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Children's Books: Historical Fiction

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While I was quite familiar with children's historical fiction in the form of novels and series, I was intrigued to find how successfully historical fiction is being done in picture storybook format for upper elementary and middle school students. I reviewed two that I particularly like: The Mary Celeste: An Unsolved Mystery in History and Castle Diary: The Journal of Tobias Burgess, Page.

The Mary Celeste is one of a series of "history mysteries" by Jane Yolen and Heidi Elisabet Yolen Stemple. The book is based on a true story from 1872. Castle Diary covers the experiences of 11 year old Tobias Burgess's services as a page in 1285. The illustrations add greatly to the books' appeal and to the reader's understanding of the story and time period.

I was pleasantly surprised at the number of children's literature online resources related to historical fiction for children. If you are a teacher or a parent looking for tips on selecting good historical fiction, you will want to read educator Tarry Lindquist's article"Why & How I Teach with Historical Fiction." For information on portrayals of women in history, read professor Kay E. Vandergrift's article, "Foregrounding Women in History in Children's and Young Adult Books."

If you are looking for reading lists, you will find quite a few, most annotated. Some are sorted by grade and/or age ranges, like my Historical Fiction for Middle Grade Readers (Grades 4-8, ages 9-14); some are sorted by time period. There are also theme lists, such as "Going West," an annotated list for middle school readers." Carol Hurst's Children's Literature site provides a lot of resources for teachers on "US History and Children's Literature." You will also find world history booklists and lesson ideas online, including Hurst's Integrating World History with Literature. For additional resources, see the Historical Fiction section of About: Children's Books.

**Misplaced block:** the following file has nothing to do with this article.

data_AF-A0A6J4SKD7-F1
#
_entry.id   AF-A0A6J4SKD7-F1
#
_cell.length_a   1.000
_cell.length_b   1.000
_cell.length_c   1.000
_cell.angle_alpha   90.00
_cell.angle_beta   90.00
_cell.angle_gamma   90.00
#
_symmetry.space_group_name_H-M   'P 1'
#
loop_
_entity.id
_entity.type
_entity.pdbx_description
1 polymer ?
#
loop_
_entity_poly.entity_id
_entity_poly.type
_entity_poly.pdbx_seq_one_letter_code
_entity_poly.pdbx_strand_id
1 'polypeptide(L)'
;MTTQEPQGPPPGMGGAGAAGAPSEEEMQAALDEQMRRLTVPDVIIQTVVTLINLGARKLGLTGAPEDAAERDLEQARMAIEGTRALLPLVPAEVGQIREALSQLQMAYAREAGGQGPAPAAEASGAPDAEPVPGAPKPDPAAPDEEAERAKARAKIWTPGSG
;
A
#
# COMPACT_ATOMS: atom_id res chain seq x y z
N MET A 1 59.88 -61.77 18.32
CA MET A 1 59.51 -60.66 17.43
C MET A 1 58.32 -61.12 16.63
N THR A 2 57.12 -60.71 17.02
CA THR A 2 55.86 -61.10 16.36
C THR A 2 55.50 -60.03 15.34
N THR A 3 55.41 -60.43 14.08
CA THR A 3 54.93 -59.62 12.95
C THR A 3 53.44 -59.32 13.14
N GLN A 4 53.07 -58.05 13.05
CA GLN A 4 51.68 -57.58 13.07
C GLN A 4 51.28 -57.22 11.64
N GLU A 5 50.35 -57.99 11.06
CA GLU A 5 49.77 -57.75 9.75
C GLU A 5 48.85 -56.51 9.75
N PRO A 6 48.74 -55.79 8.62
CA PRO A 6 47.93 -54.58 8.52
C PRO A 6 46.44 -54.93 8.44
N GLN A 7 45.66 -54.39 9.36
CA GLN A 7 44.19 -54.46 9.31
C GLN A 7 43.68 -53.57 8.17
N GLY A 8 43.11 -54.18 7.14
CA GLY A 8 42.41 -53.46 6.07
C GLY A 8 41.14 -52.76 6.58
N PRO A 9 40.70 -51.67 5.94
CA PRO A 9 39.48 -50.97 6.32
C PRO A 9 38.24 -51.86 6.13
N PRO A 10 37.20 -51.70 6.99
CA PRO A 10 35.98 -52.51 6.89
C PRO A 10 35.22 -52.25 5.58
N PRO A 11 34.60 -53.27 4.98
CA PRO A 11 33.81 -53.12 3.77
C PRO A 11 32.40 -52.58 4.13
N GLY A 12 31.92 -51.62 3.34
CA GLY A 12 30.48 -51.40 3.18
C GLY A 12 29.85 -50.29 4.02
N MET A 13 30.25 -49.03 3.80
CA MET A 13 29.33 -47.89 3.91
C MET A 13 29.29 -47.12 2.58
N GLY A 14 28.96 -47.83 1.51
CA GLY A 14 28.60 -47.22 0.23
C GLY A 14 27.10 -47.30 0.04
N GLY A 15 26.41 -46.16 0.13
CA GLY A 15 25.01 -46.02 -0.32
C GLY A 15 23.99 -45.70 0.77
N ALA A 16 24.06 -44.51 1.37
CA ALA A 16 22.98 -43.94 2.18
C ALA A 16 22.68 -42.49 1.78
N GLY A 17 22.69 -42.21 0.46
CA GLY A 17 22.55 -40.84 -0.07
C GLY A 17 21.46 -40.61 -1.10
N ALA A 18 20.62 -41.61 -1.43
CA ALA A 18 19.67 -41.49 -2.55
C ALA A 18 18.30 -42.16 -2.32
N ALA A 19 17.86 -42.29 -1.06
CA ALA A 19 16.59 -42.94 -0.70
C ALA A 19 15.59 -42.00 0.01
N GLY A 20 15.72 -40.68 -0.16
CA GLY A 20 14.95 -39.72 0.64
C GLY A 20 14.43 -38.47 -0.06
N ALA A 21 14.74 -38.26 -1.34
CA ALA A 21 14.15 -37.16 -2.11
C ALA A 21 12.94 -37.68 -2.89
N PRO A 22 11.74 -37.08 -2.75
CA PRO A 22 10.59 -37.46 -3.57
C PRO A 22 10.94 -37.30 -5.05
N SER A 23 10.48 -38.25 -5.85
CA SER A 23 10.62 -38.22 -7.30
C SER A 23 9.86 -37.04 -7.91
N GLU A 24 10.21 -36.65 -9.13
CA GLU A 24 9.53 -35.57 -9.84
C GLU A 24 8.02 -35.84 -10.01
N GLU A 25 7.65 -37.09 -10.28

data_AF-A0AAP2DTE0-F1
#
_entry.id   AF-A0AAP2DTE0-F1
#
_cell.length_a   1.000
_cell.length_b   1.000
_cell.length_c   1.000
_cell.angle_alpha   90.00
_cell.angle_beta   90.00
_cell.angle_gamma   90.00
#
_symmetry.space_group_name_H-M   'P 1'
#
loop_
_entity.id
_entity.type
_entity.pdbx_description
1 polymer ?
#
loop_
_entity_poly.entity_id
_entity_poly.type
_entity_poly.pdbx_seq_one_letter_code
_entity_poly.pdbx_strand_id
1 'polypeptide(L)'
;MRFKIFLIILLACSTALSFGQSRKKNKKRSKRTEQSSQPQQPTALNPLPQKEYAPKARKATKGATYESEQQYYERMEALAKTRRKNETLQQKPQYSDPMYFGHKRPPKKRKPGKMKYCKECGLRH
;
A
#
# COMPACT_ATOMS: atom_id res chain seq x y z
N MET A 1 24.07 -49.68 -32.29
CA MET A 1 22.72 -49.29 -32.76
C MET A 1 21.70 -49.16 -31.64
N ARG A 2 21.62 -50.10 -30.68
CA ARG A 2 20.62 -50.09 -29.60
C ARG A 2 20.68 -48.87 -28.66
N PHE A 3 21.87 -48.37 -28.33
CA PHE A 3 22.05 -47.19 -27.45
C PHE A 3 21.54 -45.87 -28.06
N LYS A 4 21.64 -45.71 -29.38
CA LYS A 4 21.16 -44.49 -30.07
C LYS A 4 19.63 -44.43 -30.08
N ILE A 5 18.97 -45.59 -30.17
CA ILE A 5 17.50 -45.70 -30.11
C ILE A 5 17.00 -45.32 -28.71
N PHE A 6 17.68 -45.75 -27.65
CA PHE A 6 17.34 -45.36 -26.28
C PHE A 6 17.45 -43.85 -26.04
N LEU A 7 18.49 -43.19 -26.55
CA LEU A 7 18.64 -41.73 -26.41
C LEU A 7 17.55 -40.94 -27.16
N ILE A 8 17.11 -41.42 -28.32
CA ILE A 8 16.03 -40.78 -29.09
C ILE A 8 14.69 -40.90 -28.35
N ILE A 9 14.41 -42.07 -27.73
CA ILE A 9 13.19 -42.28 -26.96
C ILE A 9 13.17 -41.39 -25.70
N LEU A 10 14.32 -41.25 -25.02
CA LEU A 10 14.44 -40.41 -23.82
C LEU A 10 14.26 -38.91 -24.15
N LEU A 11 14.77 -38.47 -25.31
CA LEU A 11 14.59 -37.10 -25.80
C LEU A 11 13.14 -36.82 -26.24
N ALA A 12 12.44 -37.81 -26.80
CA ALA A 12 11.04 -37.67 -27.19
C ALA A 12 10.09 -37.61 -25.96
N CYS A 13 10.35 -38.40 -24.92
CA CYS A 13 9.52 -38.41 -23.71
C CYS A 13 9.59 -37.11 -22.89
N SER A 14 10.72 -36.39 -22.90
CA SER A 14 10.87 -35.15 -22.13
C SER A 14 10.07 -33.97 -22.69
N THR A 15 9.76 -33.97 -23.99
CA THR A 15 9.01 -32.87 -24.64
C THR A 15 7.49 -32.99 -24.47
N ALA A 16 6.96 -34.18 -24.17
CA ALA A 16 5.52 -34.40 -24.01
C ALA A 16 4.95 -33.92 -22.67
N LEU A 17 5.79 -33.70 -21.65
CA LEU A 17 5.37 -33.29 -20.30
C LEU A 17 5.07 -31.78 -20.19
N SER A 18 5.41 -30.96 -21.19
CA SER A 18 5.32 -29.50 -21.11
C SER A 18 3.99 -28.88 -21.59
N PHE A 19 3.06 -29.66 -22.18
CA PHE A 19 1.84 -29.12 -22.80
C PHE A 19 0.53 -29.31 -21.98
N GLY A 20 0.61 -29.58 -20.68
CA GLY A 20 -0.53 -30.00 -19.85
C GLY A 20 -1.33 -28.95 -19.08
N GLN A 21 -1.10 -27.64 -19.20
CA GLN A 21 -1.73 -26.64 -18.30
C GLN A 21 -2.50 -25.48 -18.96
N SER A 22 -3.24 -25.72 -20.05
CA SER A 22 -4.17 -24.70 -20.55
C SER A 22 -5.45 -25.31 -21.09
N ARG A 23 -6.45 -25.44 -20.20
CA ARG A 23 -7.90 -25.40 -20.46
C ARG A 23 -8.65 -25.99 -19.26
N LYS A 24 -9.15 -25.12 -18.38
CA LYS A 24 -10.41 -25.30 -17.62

A good deal of carefully researched and well written historical fiction is available for your child. However, not all historical fiction is accurate. You will want to be careful when choosing books or assisting your child in choosing historical fiction to read. Are the characters and setting true to the period? Does the action in the book realistically reflect what would have been found in the time period? Are the illustrations appropriate to the time period and activity being portrayed? Once you have answered these questions to your satisfaction, pick out the books that look most interesting. You will find that many of these books work equally well for independent reading and for reading aloud.

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